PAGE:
Strategic planning is a process where you determine the strengths and weakness of your business. You also can set your company's goals, objective and mission statement during this process.
We can say this that strategic planning is a management tool for organizing. It's also lead an organizing from where is now to future.
A good definition is strategic planning is “the process of determining a company's long-term goals and than indentifying the best approach for achieving those goals.” Without a strategic planning an organization will never know where it going.
Strategic planning is a very important for an organization. And its help to achieve
An organizations goals and its also helps to provide direction and focus for all employees. It points to specific results that are to be achieved and establishes a course of action for achieving them. A strategic plan also helps the various work units within an organization to align themselves with common goals.
Strategic planning Process
In the earlier 1970's, various large firms adopted an official top-down strategic planning model. With this model, strategic planning became a planned process in which top executives from time to time would prepare the firm's strategy, and then communicate it down the organization for implementation. The following strategic planning process model discuses below.
Always on Time
Marked to Standard
This process is most appropriate for strategic management at the business unit level in organization. For large corporations, strategy at the corporate level is more concerned with managing a selection of businesses. In the process outlined here, "company" or "firm" will be used to signify a single-business firm or a single business unit of a diversified firm.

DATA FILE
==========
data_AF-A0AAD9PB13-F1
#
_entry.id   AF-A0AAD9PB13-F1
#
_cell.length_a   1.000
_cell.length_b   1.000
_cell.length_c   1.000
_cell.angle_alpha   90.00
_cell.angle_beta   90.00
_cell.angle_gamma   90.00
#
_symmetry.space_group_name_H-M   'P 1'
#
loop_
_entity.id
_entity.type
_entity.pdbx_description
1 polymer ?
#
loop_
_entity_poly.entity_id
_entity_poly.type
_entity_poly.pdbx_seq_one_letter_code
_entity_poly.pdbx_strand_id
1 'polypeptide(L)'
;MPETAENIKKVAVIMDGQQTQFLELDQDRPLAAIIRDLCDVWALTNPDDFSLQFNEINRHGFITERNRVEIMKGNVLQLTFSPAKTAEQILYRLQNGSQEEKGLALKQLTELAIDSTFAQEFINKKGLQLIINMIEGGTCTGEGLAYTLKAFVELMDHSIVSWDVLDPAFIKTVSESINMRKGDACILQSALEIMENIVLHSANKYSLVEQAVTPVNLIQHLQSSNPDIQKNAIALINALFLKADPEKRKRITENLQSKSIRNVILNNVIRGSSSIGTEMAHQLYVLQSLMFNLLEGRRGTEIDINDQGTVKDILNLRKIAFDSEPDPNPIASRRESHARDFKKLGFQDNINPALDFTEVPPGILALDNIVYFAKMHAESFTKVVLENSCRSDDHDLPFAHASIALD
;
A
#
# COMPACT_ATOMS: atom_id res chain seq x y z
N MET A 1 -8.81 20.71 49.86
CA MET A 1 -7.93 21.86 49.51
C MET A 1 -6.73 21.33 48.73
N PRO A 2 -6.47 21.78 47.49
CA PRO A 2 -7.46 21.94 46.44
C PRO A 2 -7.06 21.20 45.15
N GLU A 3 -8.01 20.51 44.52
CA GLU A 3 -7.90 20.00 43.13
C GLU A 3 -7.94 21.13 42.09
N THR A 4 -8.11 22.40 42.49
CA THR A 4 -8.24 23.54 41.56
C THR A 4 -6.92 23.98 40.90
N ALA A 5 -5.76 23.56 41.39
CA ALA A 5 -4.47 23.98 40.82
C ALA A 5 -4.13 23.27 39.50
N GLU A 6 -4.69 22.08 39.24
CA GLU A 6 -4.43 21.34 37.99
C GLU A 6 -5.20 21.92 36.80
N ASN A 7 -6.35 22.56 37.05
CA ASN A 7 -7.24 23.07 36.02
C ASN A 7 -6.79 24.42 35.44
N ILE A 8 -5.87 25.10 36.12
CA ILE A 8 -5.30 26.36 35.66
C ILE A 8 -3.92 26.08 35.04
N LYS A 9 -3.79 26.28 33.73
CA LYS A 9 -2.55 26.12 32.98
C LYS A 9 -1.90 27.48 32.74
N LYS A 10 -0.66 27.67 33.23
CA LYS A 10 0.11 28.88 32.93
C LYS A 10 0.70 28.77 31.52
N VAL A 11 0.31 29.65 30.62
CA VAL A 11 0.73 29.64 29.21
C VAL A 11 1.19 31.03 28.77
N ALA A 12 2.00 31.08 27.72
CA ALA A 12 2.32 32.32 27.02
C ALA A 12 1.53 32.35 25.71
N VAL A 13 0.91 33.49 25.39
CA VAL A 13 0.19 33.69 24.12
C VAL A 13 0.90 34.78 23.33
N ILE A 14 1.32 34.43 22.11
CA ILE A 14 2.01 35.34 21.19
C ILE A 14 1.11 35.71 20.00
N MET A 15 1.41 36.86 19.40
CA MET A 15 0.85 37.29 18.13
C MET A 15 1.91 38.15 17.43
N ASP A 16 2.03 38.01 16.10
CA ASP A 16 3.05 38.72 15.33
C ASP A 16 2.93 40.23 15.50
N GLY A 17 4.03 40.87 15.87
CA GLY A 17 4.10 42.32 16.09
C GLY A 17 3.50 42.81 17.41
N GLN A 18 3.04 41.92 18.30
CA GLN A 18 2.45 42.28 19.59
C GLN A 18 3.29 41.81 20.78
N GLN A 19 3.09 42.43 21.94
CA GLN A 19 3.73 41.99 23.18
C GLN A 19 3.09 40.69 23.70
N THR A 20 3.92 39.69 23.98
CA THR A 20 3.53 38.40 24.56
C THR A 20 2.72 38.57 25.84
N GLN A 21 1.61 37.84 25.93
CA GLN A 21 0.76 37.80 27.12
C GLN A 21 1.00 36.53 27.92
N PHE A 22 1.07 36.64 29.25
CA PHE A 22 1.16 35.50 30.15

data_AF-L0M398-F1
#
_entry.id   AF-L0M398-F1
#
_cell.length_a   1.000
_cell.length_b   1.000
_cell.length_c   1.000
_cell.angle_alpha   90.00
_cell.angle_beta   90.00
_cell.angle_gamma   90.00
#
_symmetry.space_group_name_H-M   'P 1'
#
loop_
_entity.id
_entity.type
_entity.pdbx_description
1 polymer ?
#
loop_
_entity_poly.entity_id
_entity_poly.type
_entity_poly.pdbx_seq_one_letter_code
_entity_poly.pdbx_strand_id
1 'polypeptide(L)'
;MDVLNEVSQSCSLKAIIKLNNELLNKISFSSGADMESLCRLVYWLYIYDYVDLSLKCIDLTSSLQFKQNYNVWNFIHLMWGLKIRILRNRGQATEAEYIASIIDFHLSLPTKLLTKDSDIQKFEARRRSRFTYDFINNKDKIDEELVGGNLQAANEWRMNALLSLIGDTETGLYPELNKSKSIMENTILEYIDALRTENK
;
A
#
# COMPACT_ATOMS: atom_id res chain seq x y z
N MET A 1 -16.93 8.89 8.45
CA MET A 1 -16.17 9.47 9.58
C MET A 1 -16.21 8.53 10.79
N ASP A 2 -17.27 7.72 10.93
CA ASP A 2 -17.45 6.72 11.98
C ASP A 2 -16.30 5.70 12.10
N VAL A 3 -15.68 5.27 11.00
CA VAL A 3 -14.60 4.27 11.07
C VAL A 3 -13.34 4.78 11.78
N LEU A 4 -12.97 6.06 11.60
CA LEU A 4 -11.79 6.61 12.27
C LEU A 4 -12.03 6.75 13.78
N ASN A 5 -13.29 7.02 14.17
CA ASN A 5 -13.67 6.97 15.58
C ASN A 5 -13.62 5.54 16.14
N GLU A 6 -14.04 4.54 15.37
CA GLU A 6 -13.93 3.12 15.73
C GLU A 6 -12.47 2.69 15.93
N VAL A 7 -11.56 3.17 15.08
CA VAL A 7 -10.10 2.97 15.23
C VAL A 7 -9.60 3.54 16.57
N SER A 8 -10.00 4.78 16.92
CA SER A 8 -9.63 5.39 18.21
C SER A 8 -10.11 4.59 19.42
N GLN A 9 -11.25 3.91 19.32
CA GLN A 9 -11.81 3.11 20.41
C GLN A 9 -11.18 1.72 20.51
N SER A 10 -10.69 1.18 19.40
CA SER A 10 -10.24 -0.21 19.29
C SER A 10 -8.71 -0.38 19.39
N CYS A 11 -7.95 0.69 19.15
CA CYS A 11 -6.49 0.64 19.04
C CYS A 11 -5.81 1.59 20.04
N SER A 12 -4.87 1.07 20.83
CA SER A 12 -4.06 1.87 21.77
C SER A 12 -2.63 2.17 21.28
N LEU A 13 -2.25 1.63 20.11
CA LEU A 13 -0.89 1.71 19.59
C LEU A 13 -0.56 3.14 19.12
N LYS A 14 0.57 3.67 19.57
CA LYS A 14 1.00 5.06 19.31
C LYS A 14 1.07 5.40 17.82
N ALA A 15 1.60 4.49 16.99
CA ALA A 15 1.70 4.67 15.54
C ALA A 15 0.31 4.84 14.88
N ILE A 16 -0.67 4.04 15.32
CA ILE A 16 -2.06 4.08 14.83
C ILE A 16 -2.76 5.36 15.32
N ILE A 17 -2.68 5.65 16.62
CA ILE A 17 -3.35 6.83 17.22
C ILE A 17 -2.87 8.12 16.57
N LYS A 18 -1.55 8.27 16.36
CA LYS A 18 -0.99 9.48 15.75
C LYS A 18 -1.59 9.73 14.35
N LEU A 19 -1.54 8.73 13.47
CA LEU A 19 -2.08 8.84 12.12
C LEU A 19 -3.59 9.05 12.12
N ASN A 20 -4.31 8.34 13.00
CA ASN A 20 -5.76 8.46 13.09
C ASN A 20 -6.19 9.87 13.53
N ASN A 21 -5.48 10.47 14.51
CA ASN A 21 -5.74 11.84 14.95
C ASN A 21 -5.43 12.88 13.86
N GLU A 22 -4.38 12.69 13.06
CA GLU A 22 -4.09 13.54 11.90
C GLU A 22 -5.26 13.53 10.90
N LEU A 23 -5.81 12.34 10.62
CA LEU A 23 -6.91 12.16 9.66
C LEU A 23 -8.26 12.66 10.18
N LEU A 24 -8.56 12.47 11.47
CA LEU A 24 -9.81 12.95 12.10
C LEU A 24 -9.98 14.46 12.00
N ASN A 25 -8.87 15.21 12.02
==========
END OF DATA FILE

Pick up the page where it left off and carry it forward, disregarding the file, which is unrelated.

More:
A mission is important key factor of any organization. The mission often expressed in the form of a mission statement of any organization, which conveys a sense of purpose to employees and projects a company image to customers. In the strategy formulation process, the mission statement sets the mood of where the company should go.
Objectives are actual goals that the organization will achieve, for example, an earnings growth target. The objectives should be challenging but achievable. They also should be considerable so that the company can monitor its progress and make corrections as needed.
Once the firm has specified its objectives, it starts with its current situation to set up a strategic plan to fulfil those objectives. Changes in the external environment and make new opportunities and new ways to achieve their objectives. An environmental scan is performing to find out the available opportunities. The situation analysis therefore involves an analysis of both the external and internal environment.
The external environment has two dimensions: the macro-environment affects all firms and a micro-environment that affects only the firms in a particular industry. The macro-environmental analysis includes political, economic, social, and technological factors and sometimes is called PEST analysis.